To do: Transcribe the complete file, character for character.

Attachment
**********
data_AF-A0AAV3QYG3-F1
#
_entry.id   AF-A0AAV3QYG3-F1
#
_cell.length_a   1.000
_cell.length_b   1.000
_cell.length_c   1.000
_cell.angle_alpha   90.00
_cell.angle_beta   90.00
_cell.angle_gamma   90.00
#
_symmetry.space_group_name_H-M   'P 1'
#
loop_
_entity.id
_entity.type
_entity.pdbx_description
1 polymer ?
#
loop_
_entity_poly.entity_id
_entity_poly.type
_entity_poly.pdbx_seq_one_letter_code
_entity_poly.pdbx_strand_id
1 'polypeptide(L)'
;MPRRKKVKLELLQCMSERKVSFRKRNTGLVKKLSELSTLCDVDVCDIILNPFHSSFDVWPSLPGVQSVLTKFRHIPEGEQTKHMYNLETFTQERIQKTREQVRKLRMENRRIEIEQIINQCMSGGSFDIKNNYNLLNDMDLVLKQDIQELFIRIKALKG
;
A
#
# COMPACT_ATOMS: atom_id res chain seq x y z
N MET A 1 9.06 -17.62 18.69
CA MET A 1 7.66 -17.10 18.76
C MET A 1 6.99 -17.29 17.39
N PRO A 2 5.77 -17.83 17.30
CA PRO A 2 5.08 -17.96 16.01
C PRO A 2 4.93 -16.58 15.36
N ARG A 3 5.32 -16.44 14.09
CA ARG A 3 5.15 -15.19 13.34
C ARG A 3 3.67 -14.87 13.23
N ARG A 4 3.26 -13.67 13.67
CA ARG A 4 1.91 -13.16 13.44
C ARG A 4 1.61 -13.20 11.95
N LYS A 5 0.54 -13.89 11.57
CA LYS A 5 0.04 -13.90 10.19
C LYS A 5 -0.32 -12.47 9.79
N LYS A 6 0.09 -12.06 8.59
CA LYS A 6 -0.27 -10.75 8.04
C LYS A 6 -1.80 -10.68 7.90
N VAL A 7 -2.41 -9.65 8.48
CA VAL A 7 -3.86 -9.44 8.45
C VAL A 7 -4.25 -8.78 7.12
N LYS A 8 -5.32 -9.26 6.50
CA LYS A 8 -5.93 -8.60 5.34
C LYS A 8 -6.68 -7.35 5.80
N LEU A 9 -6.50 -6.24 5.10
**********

data_AF-A0AAV3QYG3-F1
#
_entry.id   AF-A0AAV3QYG3-F1
#
_cell.length_a   1.000
_cell.length_b   1.000
_cell.length_c   1.000
_cell.angle_alpha   90.00
_cell.angle_beta   90.00
_cell.angle_gamma   90.00
#
_symmetry.space_group_name_H-M   'P 1'
#
loop_
_entity.id
_entity.type
_entity.pdbx_description
1 polymer ?
#
loop_
_entity_poly.entity_id
_entity_poly.type
_entity_poly.pdbx_seq_one_letter_code
_entity_poly.pdbx_strand_id
1 'polypeptide(L)'
;MPRRKKVKLELLQCMSERKVSFRKRNTGLVKKLSELSTLCDVDVCDIILNPFHSSFDVWPSLPGVQSVLTKFRHIPEGEQTKHMYNLETFTQERIQKTREQVRKLRMENRRIEIEQIINQCMSGGSFDIKNNYNLLNDMDLVLKQDIQELFIRIKALKG
;
A
#
# COMPACT_ATOMS: atom_id res chain seq x y z
N MET A 1 9.06 -17.62 18.69
CA MET A 1 7.66 -17.10 18.76
C MET A 1 6.99 -17.29 17.39
N PRO A 2 5.77 -17.83 17.30
CA PRO A 2 5.08 -17.96 16.01
C PRO A 2 4.93 -16.58 15.36
N ARG A 3 5.32 -16.44 14.09
CA ARG A 3 5.15 -15.19 13.34
C ARG A 3 3.67 -14.87 13.23
N ARG A 4 3.26 -13.67 13.67
CA ARG A 4 1.91 -13.16 13.44
C ARG A 4 1.61 -13.20 11.95
N LYS A 5 0.54 -13.89 11.57
CA LYS A 5 0.04 -13.90 10.19
C LYS A 5 -0.32 -12.47 9.79
N LYS A 6 0.09 -12.06 8.59
CA LYS A 6 -0.27 -10.75 8.04
C LYS A 6 -1.80 -10.68 7.90
N VAL A 7 -2.41 -9.65 8.48
CA VAL A 7 -3.86 -9.44 8.45
C VAL A 7 -4.25 -8.78 7.12
N LYS A 8 -5.32 -9.26 6.50
CA LYS A 8 -5.93 -8.60 5.34
C LYS A 8 -6.68 -7.35 5.80
N LEU A 9 -6.50 -6.24 5.10